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    Category: At The Checkout

    The customer has seemed normal and maybe even intelligent throughout the shopping purchase. But then they get to the checkout and as soon as human interaction is required it all falls apart. The checkout operators really are our first line of defense against the stupid customer!

    Honesty Is A Gift

    | WI, USA | At The Checkout, Awesome Customers, Family & Kids

    (I work at a small museum that has a proportionally small gift shop. A girl who looks to be about seven years old walks up to the checkout.)

    Me: “Hello, how may I help you today?”

    (The only thing she’s holding is a silly little fortune teller fish made of thin plastic that costs 50 cents. It should also be noted that she looks terrified yet determined.)

    Customer: “Hey, um, I actually wasn’t planning on buying anything, but I was looking at this fish thing and messing with it and then it ripped. And I don’t have any money with me. So… um…”

    Me: “Oh, that’s so sweet of you! I know plenty of people who would have just stuck that in their pockets and walked right out. You know what, I’ll take care of that for you, and I’ll even give you a free gift card for being so honest!”

    (The poor kid is so relieved it makes me laugh.)

    Customer: “Oh, thanks, ma’am! I was so scared!”

    Me: “No problem! It’s honest people like you that are going to go far in life! Have a good day, honey!”

    (Totally made my day!)

    Do As You’re Told Or You’re On Your Bike

    | USA | At The Checkout, Family & Kids, Theme Of The Month

    (A group of young kids comes into the store. One of them is running around, asking questions without paying attention to the answers, being messy, and generally being annoying. Also, the store is going to be shut down in a few weeks, which has understandably left all of us on edge.)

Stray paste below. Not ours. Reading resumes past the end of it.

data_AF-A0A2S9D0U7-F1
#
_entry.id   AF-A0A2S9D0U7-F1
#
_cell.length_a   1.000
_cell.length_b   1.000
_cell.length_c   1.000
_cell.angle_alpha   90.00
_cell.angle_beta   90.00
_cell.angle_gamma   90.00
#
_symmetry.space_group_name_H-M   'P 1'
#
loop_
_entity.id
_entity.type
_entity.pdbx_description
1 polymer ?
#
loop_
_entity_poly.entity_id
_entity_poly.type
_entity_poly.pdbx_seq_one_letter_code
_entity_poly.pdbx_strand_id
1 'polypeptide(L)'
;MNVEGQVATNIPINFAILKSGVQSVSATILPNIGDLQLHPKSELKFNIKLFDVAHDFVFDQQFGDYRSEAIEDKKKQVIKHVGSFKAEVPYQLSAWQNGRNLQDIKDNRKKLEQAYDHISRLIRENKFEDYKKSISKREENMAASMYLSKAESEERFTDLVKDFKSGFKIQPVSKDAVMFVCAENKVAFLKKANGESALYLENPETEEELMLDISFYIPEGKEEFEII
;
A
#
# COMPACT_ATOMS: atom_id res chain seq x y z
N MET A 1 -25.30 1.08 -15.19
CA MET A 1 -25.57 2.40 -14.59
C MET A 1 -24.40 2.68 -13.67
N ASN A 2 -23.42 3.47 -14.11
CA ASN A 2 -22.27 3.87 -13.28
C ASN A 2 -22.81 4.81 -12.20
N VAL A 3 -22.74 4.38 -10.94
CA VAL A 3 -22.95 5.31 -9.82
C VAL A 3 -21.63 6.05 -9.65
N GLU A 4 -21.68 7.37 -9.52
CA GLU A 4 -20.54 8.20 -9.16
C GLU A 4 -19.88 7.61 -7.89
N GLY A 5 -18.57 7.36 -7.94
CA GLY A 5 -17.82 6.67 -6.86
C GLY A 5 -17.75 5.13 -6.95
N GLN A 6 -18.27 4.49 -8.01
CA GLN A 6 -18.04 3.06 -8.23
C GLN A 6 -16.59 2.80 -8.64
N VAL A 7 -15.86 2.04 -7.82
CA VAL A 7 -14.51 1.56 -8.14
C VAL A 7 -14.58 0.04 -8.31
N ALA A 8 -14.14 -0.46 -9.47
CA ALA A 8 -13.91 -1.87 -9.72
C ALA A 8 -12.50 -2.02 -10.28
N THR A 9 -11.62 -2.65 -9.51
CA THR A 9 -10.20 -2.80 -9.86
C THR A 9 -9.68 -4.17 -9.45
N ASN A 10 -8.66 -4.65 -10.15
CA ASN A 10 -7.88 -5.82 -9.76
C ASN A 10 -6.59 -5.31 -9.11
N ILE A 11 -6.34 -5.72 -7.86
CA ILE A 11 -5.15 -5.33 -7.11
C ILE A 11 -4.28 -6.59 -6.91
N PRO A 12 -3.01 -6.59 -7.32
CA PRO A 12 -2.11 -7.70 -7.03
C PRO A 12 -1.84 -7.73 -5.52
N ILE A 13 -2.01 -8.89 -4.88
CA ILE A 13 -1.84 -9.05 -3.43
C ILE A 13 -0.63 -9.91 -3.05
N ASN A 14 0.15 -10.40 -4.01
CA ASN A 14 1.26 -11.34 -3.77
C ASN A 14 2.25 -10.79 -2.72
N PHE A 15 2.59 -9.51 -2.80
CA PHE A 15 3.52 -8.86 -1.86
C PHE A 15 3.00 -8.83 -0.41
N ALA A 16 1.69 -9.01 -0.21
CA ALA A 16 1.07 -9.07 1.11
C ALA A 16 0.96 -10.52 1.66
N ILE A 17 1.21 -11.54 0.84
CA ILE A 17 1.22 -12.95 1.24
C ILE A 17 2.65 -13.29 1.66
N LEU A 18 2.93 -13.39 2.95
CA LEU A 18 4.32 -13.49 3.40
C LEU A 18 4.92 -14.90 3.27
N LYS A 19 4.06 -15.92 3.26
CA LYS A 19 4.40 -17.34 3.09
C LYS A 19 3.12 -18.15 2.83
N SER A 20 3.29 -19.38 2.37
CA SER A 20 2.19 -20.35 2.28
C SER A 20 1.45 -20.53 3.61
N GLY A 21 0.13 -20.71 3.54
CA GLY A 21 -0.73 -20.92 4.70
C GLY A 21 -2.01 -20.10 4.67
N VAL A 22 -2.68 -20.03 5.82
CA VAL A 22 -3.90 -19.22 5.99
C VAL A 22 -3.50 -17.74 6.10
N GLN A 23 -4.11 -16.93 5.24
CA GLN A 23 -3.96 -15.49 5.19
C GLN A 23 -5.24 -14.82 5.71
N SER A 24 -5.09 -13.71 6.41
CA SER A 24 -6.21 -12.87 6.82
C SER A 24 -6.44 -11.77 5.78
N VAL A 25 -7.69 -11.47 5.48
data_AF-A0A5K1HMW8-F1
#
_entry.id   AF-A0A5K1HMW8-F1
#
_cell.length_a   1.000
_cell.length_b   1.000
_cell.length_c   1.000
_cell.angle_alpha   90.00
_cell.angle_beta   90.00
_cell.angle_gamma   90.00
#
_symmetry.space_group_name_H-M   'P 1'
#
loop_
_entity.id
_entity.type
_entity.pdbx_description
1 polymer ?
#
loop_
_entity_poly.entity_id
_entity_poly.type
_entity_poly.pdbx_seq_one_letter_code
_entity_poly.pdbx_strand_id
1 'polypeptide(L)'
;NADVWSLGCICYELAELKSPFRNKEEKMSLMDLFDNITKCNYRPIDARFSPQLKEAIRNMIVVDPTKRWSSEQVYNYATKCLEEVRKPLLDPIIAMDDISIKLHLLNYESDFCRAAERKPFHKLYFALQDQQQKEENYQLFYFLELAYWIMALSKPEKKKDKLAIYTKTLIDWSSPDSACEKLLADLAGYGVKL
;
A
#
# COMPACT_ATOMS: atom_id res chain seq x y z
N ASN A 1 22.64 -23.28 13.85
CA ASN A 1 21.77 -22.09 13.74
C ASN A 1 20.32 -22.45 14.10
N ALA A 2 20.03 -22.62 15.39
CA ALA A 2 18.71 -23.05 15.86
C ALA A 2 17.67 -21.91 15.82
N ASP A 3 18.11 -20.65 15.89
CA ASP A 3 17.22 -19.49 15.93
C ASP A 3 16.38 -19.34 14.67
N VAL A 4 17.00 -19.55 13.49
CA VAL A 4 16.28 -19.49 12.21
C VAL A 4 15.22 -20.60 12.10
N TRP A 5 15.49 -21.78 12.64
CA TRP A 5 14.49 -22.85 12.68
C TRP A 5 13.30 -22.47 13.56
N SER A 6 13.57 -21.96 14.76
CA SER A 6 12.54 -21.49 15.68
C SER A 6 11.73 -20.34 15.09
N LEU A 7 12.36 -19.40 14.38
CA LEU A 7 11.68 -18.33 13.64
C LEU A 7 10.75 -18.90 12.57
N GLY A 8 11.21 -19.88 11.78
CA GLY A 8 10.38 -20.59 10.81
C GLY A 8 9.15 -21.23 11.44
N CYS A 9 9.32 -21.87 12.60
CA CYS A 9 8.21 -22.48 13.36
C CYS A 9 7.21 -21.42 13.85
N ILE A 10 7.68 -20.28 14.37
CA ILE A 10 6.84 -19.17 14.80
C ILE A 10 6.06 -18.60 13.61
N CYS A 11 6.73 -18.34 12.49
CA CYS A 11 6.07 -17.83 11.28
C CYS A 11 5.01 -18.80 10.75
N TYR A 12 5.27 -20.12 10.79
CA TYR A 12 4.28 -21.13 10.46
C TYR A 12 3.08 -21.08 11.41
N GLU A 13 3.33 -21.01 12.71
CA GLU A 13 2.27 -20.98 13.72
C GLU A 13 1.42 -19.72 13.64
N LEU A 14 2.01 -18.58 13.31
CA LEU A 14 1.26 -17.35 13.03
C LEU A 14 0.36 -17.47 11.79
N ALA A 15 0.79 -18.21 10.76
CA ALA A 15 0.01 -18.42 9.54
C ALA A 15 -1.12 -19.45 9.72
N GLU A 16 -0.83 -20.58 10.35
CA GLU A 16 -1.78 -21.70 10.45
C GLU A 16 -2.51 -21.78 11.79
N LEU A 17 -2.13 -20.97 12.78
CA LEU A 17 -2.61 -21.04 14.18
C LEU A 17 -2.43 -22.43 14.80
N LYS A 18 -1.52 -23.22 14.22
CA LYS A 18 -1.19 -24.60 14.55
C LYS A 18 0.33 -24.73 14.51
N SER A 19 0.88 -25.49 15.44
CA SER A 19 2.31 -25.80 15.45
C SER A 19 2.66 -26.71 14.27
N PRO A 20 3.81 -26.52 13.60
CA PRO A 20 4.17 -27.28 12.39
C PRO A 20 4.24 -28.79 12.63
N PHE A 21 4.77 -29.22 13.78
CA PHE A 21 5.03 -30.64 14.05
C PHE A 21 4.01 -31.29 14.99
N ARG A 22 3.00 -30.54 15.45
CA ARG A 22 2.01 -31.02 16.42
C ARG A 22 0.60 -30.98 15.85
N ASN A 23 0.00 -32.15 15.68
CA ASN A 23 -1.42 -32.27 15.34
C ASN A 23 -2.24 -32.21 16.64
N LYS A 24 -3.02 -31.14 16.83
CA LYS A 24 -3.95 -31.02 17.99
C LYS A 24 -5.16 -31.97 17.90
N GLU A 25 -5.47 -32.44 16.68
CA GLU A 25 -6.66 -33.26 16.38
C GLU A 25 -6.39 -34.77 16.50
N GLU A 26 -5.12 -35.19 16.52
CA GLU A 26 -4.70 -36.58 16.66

Polite Kid: “I’d like this one, please.”

    Me: “Sure! That’ll be—”

    Rude Kid: “My friend wants this one!” *shoves another game and gift card into my face*

    Me: “Did you want to do this in the same transaction as this friend, or a different one?”

    Rude Kid: “Different one!”

    Me: “Then you’re going to have to wait.”

    Rude Kid: *turns to friend* “Oh, hear that? You gotta wait.”

    (I finish the transactions, and watch the kids mess around in the store.)

    Rude Kid: “Yeah, so, we’ll have to come back tomorrow. I’ll be loaded up again by then; I’m getting $20!”

    (The group starts to leave. Another customer comes in and approaches me.)

    Customer: “Hey, I wanted to let you know those bikes are blocking the door.”

    (I nod to the customer and turn to the kids who are heading for the door.)

    Me: “Hey, just so you know; next time you can’t leave your bikes there.”

    Rude Kid: “Not like it matters, since you’ll be shut down soon anyway.”

    Me: “Next time, we won’t sell you anything if you leave those bikes there. Use the bike rack, or don’t come in again.”

    (The rude kid finally shuts up and leaves quickly.)